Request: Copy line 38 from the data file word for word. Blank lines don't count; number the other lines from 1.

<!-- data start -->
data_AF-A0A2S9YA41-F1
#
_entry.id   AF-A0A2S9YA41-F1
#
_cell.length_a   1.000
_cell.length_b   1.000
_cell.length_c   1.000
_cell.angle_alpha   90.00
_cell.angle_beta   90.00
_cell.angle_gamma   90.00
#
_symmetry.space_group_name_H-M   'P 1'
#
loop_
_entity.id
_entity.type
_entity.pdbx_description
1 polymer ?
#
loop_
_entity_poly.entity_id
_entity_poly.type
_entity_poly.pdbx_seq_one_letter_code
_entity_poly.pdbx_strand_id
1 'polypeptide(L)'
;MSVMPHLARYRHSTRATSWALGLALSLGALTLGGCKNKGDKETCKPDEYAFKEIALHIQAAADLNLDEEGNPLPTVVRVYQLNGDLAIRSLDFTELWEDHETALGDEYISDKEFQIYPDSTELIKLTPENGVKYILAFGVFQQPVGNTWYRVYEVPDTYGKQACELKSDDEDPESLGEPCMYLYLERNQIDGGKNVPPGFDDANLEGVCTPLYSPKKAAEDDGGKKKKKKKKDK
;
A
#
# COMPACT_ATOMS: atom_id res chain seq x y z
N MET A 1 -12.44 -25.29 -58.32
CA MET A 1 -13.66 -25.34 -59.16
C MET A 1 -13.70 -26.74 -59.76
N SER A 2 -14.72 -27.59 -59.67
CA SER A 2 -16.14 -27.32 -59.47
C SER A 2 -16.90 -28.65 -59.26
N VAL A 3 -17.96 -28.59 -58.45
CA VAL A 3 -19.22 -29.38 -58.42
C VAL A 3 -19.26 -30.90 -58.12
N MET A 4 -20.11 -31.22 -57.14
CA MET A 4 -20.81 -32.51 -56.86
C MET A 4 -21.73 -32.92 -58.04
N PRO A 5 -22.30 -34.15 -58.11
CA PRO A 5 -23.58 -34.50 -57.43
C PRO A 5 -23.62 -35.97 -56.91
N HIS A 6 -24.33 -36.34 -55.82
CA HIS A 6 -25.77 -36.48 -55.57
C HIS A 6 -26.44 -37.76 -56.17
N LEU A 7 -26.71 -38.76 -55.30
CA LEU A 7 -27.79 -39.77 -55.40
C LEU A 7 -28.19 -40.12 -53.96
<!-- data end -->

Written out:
CA VAL A 3 -19.22 -29.38 -58.42